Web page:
Why Luis Suarez Should Be Cautioned for 'Racist' Comments

Tim AndersonCorrespondent INovember 25, 2011

Patrice Evra and Luis Suarez
Patrice Evra and Luis SuarezClive Brunskill/Getty Images

The Luis Suarez and Patrice Evra row has now been dragging on for nearly two months without resolve, and it is only recently that light is being shed on exactly why it is still under investigation.

It has now been reported in various circles (h/t CNN) that the word used by Suarez was 'Negrito' (although this has not been officially announced).

For English ears that understand a little of languages, 'Negrito' would translate literally as 'little black man'. The word is a derivative from Negro mean 'black', formed with 'ito' to mean a smaller or younger person and finishing in 'o', the masculine version of the word.

In many parts of Europe (including France), this term would be recognisable as an offensive word, with strong connotations to the slave trade. It could be argued that Evra was not too offended by the word to let it pass 'at least 10 times' without informing the referee, but that wouldn't excuse Suarez's behaviour.

But for Uruguayans among several countries in South America (including neighbouring Argentina), use of this word has a completely different context.

Despite being the destination over several centuries for the continuous horrendous abuse of the slave trade from African colonies, Uruguayans are in general not offended by the use of the word and commonly call each other, regardless of color,  'negrito/negrita' as a friendly and even affectionate term on the same level as 'mate' or 'buddy' in English.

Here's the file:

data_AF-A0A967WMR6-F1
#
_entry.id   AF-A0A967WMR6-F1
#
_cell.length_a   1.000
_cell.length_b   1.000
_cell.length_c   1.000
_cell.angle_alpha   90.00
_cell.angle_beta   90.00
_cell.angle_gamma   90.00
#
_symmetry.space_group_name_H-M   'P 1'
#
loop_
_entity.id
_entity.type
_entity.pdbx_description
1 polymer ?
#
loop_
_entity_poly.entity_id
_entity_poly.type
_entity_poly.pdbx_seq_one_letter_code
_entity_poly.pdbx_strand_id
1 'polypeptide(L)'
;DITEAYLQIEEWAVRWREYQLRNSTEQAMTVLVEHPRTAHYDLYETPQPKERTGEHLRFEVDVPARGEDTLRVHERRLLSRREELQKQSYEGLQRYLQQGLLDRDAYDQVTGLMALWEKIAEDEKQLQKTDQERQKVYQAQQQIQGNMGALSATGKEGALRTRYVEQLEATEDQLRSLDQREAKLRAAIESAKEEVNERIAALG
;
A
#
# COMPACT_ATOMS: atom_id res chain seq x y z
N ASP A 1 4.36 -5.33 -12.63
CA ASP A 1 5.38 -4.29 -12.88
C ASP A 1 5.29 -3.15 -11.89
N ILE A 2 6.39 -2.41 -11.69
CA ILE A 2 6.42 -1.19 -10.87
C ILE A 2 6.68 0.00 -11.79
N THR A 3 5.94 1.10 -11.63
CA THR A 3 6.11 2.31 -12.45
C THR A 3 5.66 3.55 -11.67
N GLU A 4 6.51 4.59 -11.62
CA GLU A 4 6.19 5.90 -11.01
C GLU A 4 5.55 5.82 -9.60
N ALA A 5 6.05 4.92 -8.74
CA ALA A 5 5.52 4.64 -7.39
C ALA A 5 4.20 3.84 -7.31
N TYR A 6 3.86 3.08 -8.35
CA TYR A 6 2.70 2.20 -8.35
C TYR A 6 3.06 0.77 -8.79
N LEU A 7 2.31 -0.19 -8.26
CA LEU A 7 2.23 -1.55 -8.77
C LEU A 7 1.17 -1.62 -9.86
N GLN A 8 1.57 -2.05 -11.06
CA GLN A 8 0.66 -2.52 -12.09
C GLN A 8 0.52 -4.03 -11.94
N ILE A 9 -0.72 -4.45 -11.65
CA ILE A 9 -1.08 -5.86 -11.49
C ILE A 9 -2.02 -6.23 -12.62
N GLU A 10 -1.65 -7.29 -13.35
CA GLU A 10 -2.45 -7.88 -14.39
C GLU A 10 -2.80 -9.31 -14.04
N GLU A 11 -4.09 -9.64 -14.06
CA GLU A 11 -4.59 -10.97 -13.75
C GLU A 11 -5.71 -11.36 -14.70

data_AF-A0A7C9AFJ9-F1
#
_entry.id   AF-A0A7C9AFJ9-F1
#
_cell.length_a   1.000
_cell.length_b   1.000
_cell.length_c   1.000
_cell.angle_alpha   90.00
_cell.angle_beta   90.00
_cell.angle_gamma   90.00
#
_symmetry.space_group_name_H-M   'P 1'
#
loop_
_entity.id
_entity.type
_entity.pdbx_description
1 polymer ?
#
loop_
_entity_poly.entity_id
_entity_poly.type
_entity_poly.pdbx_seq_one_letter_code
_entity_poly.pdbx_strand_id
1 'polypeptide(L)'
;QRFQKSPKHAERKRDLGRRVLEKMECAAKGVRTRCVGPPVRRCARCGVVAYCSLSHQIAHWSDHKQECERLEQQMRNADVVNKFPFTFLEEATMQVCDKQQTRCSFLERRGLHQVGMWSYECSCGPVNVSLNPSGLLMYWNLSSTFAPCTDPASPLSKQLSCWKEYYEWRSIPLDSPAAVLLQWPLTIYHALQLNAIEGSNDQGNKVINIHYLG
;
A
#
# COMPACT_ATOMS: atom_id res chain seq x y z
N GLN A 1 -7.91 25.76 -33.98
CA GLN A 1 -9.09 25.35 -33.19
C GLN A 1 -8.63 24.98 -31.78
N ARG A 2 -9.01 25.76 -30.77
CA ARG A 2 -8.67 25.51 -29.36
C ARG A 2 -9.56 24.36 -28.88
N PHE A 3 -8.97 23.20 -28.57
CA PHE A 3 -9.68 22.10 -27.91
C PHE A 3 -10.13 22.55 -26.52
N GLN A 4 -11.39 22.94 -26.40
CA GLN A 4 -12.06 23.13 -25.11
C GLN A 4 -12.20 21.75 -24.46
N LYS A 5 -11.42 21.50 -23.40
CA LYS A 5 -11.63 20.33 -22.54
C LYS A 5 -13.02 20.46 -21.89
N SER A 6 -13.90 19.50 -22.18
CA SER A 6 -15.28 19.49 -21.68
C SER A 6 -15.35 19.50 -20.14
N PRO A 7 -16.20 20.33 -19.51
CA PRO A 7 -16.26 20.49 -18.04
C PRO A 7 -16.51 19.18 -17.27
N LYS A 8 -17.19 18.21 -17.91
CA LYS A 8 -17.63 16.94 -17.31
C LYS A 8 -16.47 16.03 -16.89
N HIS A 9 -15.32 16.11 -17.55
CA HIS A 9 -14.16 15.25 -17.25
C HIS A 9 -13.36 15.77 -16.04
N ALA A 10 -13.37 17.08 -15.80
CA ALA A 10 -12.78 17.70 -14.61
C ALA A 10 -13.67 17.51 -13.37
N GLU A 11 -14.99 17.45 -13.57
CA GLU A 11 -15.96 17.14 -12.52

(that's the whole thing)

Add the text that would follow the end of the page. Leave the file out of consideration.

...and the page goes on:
But this does not mean that Suarez is in the clear. As a visitor of a new country, it is important to respect the local customs and be aware of the language differences that could cause offence to others. Clearly, it has slipped the mind of Liverpool officials to remind Suarez of his new cultural surrounds.

and even the Uruguayan Consulate have offered to lend support to Suarez's case. The FA will be pressured to act as they have committed themselves correctly to stamping out racism.

But they will open a can of worms ensuring that the language that comes with every international player is on the same level of understanding as the English.

To be offended in the English game by a non-English word is also up for debate. To set a precedent of understanding racism between two non-English players may be too hard to control.

This is why the case continues to drag on and also why Suarez should this time receive a caution.